Ship with Ukrainian grain cleared to travel to Lebanon


Associated Press

ISTANBUL (AP) — Turkey’s defense ministry says the first grain ship carrying Ukrainian corn is preparing to cross through Istanbul’s Bosporus Strait and travel onto its final destination, Lebanon.

The ministry said an inspection team finished its review aboard the Sierra Leone-flagged Razoni. The delegation included officials from Ukraine, Russia, Turkey and the United Nations. The Razoni is anchored off Istanbul’s coast in the Black Sea, near the mouth of the Bosporus. The Razoni sounded its horn as the inspection teams left the ship.

The Razoni, which the United Nations says is carrying 26,527 tons of corn, set sail Monday from Odesa on Ukraine’s Black Sea coast.

Pictures tweeted by the Ministry of Defense showed an inspector reaching into an open container and touching the grain.

THIS IS A BREAKING NEWS UPDATE. AP’s earlier story follows below.

ISTANBUL (AP) — Inspectors on Wednesday boarded the first cargo ship to leave Ukraine since Russia invaded its neighbor, after the vessel anchored off Istanbul.

Russian, Ukrainian, Turkish and U.N. officials were to check if the grain shipment is in accordance with an agreement signed last month by Moscow and Kyiv to unblock Ukraine’s agricultural exports and ease the global food crisis.

The Sierra Leone-flagged Razoni, which the United Nations says is carrying 26,527 tons of corn, set sail Monday from Odesa on Ukraine’s Black Sea coast. Its final destination is Lebanon.

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The ship was anchored on Wednesday near the mouth of the Bosporus Straits that connect the Black Sea to the Sea of Marmara and on to the Aegean Sea.

Inspectors, some wearing white helmets, headed out to the ship under rain in two boats, escorted by the Turkish coast guard. Turkish media said there were about 20 inspectors.

The checks aim to ensure that incoming vessels are not carrying weapons and that outgoing ones are bearing only grain, fertilizer or related food items, not any other commodities.

More ships from Ukraine are expected to set out in the coming days, raising hope that world food shortages can be alleviated. Some 27 vessels have been waiting in three Ukrainian ports with cargo and signed contracts, ready to go, according to U.N. spokesman Stephane Dujarric.

An estimated 20 million tons of grain have been stuck in Ukraine since the start of war. The U.N.-brokered agreement last month to release the grain calls for the establishment of safe corridors through the mined waters outside Ukraine’s ports.

The holdup of shipments because of the war has worsened rising food prices worldwide and threatened hunger and political instability in developing nations.

Most of the grain stuck in Ukraine is to feed livestock, according to David Laborde, an expert at the International Food Policy Research Institute in Washington. Only 6 million tons is wheat, and just half of that is for human consumption, Laborde said. He said the Razoni is loaded with chicken feed.

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Ukrainian President Volodymyr Zelenskyy says the resumption of grain exports will reduce Russian authorities’ ability to extract concessions from the West. “They are losing one of the opportunities to terrorize the world,” he said in his nightly video address late Tuesday.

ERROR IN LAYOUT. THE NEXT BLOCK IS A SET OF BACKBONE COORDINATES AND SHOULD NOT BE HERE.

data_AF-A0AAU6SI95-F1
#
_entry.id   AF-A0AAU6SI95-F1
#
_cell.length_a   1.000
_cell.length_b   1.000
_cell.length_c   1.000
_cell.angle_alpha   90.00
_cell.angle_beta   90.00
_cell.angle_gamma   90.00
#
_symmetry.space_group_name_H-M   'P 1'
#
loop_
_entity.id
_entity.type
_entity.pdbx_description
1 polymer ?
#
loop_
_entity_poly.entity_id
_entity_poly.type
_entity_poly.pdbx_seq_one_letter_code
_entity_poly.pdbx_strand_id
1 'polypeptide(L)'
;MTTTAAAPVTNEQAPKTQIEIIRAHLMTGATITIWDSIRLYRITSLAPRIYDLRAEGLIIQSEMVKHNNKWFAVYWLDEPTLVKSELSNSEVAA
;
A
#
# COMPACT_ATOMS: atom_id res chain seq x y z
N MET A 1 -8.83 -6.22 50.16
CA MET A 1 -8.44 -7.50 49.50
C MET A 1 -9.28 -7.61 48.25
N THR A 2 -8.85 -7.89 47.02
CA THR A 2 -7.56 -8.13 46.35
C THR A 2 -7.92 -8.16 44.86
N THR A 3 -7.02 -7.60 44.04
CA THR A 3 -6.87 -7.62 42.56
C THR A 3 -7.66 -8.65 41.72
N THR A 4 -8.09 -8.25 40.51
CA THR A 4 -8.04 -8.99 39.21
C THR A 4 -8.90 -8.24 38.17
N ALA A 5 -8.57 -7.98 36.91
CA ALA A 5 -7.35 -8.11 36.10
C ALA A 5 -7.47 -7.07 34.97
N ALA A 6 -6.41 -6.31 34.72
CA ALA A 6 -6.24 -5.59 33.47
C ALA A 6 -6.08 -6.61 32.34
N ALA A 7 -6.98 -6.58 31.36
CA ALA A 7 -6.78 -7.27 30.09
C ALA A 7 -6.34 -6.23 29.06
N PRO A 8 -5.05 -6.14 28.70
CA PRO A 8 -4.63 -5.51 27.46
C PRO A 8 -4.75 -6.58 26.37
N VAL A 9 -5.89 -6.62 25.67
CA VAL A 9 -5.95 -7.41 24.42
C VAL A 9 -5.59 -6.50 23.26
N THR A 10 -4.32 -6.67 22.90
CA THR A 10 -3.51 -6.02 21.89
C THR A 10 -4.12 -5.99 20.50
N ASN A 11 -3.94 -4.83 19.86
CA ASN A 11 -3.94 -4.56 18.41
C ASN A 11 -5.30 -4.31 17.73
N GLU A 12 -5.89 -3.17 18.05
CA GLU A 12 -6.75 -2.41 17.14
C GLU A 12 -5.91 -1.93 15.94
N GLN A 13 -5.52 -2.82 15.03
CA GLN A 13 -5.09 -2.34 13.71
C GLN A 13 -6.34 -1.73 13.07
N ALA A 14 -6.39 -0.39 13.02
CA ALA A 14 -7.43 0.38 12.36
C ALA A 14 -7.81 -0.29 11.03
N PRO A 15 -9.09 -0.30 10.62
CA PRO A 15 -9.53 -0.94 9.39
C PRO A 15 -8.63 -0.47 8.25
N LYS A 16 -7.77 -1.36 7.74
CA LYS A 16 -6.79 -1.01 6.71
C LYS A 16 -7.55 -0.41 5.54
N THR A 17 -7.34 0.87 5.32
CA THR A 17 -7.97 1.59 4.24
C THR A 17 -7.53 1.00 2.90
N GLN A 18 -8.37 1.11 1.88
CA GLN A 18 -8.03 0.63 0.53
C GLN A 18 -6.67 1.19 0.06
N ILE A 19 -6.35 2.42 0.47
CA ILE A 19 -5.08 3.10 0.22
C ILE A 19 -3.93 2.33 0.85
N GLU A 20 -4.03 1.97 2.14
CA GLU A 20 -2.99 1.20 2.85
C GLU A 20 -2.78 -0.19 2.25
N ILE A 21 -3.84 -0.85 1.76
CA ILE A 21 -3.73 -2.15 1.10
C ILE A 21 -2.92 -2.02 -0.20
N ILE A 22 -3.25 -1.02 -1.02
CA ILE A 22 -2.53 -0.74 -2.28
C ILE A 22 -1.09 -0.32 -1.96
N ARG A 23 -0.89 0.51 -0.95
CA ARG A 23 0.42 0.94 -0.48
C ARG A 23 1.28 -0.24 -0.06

Russia’s war against Ukraine has also disrupted energy supplies in western Europe, with Moscow drastically cutting how much it sends amid fears it could stop sending any at all.

Meanwhile, the U.N. nuclear chief warned that Europe’s largest nuclear power plant in Ukraine “is completely out of control” and urgent steps are needed to avoid a nuclear accident.

Rafael Grossi, director general of the International Atomic Energy Agency, said in an interview Tuesday with The Associated Press that the situation is getting more perilous every day at the Zaporizhzhia plant in the southeastern city of Enerhodar, which Russian troops seized in early March, soon after their Feb. 24. invasion of Ukraine.

“Every principle of nuclear safety has been violated” at the plant, he said. “What is at stake is extremely serious and extremely grave and dangerous.”

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He issued an urgent plea to Russia and Ukraine to quickly allow experts to visit the sprawling complex.

Meanwhile, Russian forces kept up their bombardment of the southern Ukrainian city of Mykolaiv, hitting it with shells twice over the past 24 hours — around 9 p.m. on Tuesday and 5 a.m. on Wednesday, governor of the Mykolaiv region Vitaliy Kim reported.

The shelling damaged a pier, an industrial enterprise, residential buildings, a garage cooperative, a supermarket and a pharmacy, Kim said. It wasn’t immediately clear if there were any casualties.

Mykolaiv is a southern port city, somewhat on par with Odesa, and is located on the Black Sea. The Russians have said in April they want control over not just eastern, but southern Ukraine, too. Taking over Odesa and Mykolaiv in the south will give them control over the entire Black Sea coast and a land corridor to the breakaway Moldovan region of Transnistria.

Amid the relentless onslaught by Moscow’s forces, Zelenskyy issued an order to all those remaining in the country’s embattled Donetsk region to evacuate as soon as possible.

The compulsory evacuation effort aims to take 200,000-220,000 people out of the eastern province by fall, officials say.


Robert Badendieck and Mehmet Guzel in Istanbul contributed to this report.


Follow AP’s coverage of the Russia-Ukraine war at


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